The perception or complaint of patients who don't get enough sleep for the following reasons:

  • They have difficulty falling asleep
  • They wake up frequently during the night and may have trouble falling asleep again
  • They wake up too early in the morning
  • They believe their sleep to be unrefreshing or unsatisfying

Like many things in life, it's not the just the quantity, but the quality of sleep that defines a person's perception of a good night's sleep. Insomnia may cause daytime problems like tiredness, lack of energy, concentration difficulties and, at times, irritability. Patients have described their insomnia in varying stages, with words and phrases like transient, intermittent and chronic.

What Causes Insomnia?

  • Advanced, or advancing, age
  • Female gender
  • History of depression

Combine any of the above-mentioned factors with stress, and you have a recipe for insomnia.

If you experience transient insomnia or intermittent insomnia, these are factors that may affect you:

  • Stress
  • Environmental noises
  • Extreme temperatures
  • Change in the surrounding environment
  • Problems in sleep/wake schedule
  • Side effects from medications

If you experience chronic insomnia, there may be underlying physical or mental disorders associated with your condition. These can include arthritis, heart failure, asthma, sleep apnea, kidney disease, narcolepsy, Parkinson's Disease and hyperthyroidism, among others. Misuse of caffeine, alcohol or other substances may also be a factor. Shift work, or changing shifts periodically, may be an underlying cause.

If you experience chronic insomnia, these are factors that may affect you:

  • Expecting to have difficulty falling asleep and worrying
  • Drinking alcohol before bedtime
  • Smoking cigarettes before bedtime
  • Overingestion of caffeine
  • Irregular sleep/wake schedules

Stopping some of these behaviors may eliminate the insomnia.

Who Gets Insomnia?

Men get insomnia, but post-menopausal females tend to be the largest segment of the patient population to experience insomnia. While you need a great night's sleep, for many women, the ability to get that solid night's sleep becomes more and more difficult due, in some cases, to insomnia.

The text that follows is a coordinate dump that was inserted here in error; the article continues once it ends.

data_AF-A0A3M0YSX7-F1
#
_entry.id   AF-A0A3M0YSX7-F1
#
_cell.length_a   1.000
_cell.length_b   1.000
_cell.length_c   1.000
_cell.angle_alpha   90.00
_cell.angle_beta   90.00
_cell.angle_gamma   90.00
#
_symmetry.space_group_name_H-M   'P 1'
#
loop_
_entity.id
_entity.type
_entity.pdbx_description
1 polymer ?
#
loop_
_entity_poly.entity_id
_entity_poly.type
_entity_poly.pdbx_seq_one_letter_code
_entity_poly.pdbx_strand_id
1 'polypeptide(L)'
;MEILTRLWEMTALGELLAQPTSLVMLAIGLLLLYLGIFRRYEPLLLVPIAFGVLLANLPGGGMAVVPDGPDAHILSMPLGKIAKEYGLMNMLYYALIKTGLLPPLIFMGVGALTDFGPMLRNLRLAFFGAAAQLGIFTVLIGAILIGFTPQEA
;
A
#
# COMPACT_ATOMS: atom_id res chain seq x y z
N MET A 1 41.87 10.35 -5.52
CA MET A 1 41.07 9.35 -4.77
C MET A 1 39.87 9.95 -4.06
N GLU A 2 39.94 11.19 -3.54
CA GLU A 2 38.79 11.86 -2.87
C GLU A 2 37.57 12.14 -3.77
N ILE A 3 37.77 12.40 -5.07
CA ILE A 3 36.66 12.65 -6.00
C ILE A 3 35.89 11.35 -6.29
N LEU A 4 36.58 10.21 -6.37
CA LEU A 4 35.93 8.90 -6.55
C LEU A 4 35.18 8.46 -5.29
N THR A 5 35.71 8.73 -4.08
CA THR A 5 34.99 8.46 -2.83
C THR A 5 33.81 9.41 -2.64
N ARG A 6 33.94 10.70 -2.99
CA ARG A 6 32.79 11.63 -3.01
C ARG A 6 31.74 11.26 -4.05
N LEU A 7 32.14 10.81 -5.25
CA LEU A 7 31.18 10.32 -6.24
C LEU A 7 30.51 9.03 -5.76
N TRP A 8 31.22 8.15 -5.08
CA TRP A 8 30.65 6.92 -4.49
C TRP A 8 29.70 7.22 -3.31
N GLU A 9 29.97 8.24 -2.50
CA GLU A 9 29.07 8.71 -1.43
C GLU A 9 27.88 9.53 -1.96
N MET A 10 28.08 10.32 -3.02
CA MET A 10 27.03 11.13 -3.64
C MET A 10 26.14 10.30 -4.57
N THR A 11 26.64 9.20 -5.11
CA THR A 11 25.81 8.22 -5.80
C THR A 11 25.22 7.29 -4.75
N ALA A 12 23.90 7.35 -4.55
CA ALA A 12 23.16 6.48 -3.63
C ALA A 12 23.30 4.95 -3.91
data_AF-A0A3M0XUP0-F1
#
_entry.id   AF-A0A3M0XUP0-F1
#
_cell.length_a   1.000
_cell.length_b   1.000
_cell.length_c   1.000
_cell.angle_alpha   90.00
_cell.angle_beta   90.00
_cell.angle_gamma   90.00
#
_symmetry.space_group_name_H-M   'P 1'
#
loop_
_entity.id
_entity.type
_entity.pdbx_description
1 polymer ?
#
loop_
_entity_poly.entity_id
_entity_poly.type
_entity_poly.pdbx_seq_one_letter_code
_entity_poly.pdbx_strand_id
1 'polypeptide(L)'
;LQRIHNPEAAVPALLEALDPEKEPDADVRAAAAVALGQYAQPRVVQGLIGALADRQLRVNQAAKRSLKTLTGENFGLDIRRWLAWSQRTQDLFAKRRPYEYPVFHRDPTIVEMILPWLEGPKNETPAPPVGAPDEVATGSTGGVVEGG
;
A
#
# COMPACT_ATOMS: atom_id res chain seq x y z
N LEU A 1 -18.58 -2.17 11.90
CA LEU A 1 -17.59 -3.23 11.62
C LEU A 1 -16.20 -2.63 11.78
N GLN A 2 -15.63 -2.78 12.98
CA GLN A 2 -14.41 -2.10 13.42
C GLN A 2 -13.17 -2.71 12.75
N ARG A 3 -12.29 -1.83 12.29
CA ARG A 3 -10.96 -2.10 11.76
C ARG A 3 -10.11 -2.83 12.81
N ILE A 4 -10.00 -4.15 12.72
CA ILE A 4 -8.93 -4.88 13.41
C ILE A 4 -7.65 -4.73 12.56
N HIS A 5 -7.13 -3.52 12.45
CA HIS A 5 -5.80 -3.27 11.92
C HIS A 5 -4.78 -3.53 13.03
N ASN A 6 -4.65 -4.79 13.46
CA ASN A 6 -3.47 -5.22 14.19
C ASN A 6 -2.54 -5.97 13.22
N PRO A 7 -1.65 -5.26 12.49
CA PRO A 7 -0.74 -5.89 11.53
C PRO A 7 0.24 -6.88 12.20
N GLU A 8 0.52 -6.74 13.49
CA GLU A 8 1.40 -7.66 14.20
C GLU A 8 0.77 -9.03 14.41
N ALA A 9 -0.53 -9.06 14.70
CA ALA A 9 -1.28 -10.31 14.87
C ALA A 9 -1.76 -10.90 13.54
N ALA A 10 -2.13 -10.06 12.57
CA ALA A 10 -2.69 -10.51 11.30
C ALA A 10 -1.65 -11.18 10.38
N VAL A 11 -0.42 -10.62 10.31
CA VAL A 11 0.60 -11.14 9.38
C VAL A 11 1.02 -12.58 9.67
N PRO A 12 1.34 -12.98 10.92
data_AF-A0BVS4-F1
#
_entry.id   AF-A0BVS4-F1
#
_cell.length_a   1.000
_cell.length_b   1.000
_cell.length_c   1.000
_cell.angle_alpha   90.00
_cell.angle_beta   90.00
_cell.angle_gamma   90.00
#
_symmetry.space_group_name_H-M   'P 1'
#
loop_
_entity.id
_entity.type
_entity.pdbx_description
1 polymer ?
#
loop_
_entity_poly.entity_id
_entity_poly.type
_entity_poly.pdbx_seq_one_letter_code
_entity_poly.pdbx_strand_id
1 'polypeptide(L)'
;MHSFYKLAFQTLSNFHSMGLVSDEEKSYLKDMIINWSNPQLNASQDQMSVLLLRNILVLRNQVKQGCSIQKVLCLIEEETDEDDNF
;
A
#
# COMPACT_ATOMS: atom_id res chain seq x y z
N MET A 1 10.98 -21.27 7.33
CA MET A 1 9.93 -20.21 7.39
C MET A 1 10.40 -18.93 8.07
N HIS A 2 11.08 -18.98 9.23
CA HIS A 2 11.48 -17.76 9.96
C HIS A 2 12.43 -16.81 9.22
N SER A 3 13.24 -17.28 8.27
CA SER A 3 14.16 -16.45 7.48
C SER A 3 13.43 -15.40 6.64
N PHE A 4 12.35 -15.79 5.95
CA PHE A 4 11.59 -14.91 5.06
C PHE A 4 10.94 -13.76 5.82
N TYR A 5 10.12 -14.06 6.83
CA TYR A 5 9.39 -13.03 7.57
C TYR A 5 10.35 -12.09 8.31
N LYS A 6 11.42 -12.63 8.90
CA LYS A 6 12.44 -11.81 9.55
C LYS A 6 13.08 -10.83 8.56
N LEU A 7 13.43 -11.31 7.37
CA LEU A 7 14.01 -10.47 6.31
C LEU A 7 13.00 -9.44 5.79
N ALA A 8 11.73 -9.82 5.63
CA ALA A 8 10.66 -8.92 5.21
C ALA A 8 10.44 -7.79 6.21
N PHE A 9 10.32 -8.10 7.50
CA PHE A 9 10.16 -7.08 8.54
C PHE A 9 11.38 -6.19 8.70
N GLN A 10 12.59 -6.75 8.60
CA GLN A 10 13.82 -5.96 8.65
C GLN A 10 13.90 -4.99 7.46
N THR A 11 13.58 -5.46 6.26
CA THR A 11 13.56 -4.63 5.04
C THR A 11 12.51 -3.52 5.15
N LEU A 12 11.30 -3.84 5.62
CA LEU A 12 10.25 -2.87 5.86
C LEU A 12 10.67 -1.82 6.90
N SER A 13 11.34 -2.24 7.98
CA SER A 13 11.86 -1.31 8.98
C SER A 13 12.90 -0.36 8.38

How Is Insomnia Diagnosed?

We review your entire medical history, including your present regimen of medications. We also ask you questions that become part of your Sleep History. You will be asked to fill out a Sleep Diary that details when you were able to sleep, and when you weren't able to sleep, over a pre-determined period. Once we review all this information, you may need to participate in an overnight sleep study to rule out sleep apnea, narcolepsy or some other sleep disorder.

How Is Insomnia Treated?

Transient and intermittent insomnia may not require treatment at all, since they are not long-lasting. But, if you experience daytime sleepiness and your performance is impaired in work, sporting activities or other activities of daily living, short-acting sleeping pills may be prescribed. Over-the-counter sleep medicines are not recommended for the treatment of insomnia.

Behavioral techniques, such as relaxation therapy (to stop your mind from racing), sleep restriction therapy (you sleep a few hours a night and then increase it slightly over time) and/or reconditioning (using your bed for sleeping and sexual activity and nothing else, like reading, eating, etc.) may be employed to change your sleep habit(s).

The Trinitas Comprehensive Sleep Disorders Center stands ready to help you determine if you have Insomnia and, if you do, to provide you with whatever solutions work best in your particular case. We're experienced in Sleep Medicine and we look forward to helping each and every patient achieve the best possible result. Call us at (908) 994-8694 or email us at for more information or to arrange an appointment.